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Abstract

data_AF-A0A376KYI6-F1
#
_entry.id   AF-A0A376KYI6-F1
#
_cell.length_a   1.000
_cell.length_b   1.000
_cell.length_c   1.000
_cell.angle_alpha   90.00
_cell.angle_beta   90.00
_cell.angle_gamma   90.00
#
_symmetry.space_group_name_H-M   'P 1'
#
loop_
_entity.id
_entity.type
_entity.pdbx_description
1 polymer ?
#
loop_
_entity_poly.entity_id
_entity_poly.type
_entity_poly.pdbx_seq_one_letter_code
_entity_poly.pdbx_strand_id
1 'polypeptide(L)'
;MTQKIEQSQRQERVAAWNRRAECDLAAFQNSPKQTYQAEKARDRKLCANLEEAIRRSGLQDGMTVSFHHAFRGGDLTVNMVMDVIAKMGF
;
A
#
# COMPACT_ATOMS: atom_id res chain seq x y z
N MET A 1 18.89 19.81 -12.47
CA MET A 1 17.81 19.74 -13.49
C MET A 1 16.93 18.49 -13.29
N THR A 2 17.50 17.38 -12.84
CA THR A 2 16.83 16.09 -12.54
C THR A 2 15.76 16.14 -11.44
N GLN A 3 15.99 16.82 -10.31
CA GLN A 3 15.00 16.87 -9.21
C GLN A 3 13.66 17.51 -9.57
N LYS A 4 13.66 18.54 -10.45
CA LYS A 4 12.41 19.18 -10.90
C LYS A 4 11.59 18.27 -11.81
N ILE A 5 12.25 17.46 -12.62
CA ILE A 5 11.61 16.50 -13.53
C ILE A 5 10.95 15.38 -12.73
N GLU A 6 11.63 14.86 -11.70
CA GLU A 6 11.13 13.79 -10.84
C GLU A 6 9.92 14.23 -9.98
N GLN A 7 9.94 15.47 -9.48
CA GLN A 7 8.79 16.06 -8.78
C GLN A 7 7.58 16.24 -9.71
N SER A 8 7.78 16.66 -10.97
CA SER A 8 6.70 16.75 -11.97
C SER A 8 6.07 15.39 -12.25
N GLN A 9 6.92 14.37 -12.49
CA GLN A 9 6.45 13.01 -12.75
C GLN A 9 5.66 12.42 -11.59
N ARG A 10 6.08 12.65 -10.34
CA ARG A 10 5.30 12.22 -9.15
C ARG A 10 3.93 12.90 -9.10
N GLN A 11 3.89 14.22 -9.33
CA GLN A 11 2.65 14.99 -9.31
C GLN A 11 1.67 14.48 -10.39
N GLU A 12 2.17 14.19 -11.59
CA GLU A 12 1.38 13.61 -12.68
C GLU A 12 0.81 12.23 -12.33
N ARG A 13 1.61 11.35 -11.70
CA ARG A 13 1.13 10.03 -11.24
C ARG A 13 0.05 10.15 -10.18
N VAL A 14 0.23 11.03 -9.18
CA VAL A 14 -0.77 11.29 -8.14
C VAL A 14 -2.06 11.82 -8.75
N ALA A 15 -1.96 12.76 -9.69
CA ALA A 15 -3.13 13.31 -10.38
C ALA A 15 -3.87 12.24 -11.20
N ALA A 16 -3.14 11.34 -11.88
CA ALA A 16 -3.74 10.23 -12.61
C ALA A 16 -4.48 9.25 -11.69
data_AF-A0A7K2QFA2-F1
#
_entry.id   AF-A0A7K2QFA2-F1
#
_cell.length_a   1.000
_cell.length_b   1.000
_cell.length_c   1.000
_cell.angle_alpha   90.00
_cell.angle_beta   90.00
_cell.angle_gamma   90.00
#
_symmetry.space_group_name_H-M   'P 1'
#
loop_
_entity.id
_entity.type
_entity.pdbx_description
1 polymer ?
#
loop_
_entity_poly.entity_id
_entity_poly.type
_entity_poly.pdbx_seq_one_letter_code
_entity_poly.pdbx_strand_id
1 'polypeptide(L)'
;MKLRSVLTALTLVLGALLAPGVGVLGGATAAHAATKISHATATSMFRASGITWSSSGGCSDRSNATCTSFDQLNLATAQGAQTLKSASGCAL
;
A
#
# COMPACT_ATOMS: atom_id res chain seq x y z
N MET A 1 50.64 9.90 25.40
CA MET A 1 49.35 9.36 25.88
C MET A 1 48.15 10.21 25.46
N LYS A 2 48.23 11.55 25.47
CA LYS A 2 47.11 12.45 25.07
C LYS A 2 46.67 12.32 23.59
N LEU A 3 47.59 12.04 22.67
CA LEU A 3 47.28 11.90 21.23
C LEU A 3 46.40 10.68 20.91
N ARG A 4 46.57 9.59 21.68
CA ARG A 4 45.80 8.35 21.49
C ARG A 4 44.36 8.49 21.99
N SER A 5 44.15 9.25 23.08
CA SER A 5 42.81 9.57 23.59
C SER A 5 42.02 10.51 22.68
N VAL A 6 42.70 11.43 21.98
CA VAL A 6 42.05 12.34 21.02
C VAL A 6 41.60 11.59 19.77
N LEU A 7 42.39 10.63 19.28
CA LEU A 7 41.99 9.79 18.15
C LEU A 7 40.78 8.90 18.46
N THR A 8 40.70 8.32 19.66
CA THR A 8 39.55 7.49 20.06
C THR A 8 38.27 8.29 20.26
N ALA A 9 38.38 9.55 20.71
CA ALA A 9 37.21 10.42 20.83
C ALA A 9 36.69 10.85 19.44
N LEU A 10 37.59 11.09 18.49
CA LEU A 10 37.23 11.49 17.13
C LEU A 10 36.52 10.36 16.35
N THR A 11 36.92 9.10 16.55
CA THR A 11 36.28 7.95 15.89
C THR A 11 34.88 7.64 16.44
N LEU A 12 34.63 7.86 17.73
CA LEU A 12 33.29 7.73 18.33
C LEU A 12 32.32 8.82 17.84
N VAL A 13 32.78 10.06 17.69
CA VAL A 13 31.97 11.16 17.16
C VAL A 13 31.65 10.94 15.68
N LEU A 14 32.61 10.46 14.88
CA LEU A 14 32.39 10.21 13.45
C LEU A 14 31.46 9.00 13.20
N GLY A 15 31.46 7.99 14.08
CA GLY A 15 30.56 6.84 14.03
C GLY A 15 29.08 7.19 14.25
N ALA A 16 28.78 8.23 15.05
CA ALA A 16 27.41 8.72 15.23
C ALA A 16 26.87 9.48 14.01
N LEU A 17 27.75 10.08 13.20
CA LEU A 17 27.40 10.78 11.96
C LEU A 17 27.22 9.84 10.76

To investigate the prevalence of osteoarthritis (OA) of the knee in elderly subjects, we studied the Framingham Heart Study cohort, a population-based group. During the eighteenth biennial examination, we evaluated the cohort members for OA of the knee by use of medical history, physical examination, and anteroposterior (standing) radiograph of the knees. Radiographs were obtained on 1,424 of the 1,805 subjects (79%). Their ages ranged from 63–94 years (mean 73). Radiographs were read by a radiologist who specializes in bone and joint radiology, and were graded 0–4 according to the scale described by Kellgren and Lawrence. OA was defined as grade 2 changes (definite osteophytes), or higher, in either knee. Radiographic evidence of OA increased with age, from 27% in subjects younger than age 70, to 44% in subjects age 80 or older. There was a slightly higher prevalence of radiographic changes of OA in women than in men (34% versus 31%); however, there was a significantly higher proportion of women with symptomatic disease (11% of all women versus 7% of all men; P = 0.003). The age-associated increase in OA was almost entirely the result of the marked age-associated increase in the incidence of OA in the women studied. This study extends current knowledge about OA of the knee to include elderly subjects, and shows that the prevalence of knee OA increases with age throughout the elderly years.